*”Reversion to the mean, also called regression to the mean, is the statistical phenomenon stating that the greater the deviation of a random variate from its mean, the greater the probability that the next measured variate will deviate less far. In other words, an extreme event is likely to be followed by a less extreme event.” Wolfram MathWorld, “Reversion to the Mean” [link].

**Actually The Firm was Grisham’s second book, coming as it did after A Time to Kill which was wonderful (after the horrifying first chapter), but not genre breaking, and not well known before The Firm. Frank Herbert had publications before Dune, but nothing even close in stature.  Garp was John Irving’s fourth book. It is not always first and second books.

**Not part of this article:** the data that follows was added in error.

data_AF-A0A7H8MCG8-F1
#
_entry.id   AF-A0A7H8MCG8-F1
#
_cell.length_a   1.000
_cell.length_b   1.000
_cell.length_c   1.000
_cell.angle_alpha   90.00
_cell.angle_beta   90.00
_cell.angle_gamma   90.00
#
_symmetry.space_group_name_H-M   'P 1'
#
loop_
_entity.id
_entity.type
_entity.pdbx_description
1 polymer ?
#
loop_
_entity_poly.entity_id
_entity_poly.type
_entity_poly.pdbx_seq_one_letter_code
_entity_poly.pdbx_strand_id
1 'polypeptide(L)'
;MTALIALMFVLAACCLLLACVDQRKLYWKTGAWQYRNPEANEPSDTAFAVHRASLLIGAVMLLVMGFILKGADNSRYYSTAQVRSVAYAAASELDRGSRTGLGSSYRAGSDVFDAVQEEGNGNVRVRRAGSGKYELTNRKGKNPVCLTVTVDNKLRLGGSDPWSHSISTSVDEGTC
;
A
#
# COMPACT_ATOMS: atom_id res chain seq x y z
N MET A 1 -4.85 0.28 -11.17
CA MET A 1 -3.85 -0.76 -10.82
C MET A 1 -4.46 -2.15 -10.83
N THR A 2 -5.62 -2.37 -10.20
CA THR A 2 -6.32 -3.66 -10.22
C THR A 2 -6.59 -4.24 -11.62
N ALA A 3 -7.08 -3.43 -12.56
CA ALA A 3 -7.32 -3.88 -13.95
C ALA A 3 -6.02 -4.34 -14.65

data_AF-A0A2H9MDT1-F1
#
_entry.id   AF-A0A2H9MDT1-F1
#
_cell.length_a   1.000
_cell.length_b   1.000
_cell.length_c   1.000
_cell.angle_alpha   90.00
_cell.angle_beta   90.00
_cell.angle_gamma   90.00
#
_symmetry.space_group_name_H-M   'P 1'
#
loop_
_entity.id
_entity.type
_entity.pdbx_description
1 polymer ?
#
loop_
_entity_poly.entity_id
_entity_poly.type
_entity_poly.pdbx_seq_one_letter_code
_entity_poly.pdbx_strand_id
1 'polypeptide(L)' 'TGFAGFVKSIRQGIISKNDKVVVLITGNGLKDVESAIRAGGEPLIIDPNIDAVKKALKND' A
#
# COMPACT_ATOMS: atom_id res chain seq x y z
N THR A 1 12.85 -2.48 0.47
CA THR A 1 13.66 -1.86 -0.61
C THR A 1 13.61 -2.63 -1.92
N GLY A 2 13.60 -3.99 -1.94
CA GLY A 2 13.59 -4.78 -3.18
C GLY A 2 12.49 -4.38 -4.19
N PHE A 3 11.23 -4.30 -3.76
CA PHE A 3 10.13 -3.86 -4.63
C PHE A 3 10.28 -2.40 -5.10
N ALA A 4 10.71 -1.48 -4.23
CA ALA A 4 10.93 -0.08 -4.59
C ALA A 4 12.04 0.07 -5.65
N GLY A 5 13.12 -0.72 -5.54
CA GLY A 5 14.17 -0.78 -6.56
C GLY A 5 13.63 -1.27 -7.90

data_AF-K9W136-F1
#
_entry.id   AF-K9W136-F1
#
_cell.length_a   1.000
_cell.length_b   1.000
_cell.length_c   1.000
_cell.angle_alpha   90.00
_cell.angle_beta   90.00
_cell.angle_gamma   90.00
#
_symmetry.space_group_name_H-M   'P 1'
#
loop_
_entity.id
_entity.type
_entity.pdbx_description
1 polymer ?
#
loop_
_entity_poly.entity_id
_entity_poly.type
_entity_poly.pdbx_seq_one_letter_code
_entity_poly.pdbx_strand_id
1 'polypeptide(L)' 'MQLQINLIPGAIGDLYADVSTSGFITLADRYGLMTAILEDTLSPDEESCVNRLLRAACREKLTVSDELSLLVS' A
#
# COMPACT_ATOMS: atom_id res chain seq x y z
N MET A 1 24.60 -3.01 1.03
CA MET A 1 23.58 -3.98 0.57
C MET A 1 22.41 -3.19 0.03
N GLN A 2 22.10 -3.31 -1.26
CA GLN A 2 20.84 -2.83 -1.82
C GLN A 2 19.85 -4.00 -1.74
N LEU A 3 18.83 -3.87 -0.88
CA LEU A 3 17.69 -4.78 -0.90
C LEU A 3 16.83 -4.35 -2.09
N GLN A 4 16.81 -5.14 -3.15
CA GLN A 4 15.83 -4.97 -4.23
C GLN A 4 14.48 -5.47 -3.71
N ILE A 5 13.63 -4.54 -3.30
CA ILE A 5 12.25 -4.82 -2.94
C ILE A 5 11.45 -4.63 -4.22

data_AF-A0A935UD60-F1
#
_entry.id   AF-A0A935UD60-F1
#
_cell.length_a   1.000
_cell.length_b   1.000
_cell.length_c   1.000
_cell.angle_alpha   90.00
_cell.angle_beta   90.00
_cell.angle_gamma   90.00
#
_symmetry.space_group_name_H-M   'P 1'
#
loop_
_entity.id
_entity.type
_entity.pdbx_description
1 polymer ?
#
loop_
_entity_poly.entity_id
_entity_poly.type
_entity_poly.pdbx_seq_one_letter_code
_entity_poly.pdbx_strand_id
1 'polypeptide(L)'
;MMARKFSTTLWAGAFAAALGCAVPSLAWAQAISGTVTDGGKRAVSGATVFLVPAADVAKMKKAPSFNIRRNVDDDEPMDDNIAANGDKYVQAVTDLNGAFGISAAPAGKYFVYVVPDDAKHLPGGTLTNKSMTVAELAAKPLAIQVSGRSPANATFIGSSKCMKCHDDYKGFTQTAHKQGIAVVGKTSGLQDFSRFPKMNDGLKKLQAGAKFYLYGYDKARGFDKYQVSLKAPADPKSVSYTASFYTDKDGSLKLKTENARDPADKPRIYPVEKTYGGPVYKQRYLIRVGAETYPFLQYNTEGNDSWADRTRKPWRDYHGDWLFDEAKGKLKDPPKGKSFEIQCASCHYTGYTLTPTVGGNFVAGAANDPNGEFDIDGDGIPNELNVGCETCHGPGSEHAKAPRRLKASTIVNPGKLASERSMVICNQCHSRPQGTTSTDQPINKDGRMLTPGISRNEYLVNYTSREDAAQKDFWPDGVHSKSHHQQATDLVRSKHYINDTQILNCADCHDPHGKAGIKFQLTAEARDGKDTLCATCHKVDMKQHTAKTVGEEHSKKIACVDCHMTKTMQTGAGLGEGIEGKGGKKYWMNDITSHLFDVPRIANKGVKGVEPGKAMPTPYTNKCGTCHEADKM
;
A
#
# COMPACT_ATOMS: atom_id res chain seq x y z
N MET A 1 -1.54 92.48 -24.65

An Old Friend

The ManticoreSometimes it is nice to revisit a novel you have not read in a long time:

“The procedures of the law are much discussed, and people know about lawyers and courts and prisons and punishment and all that sort of thing, but that is just the apparatus through which the law works. And it works in the cause of justice.  Now, justice is the constant and perpetual wish to render to everyone his due.  Every law student has to learn that.”

Robertson Davies, The Manticore (1972) (p. 62 in the Penguin ed.).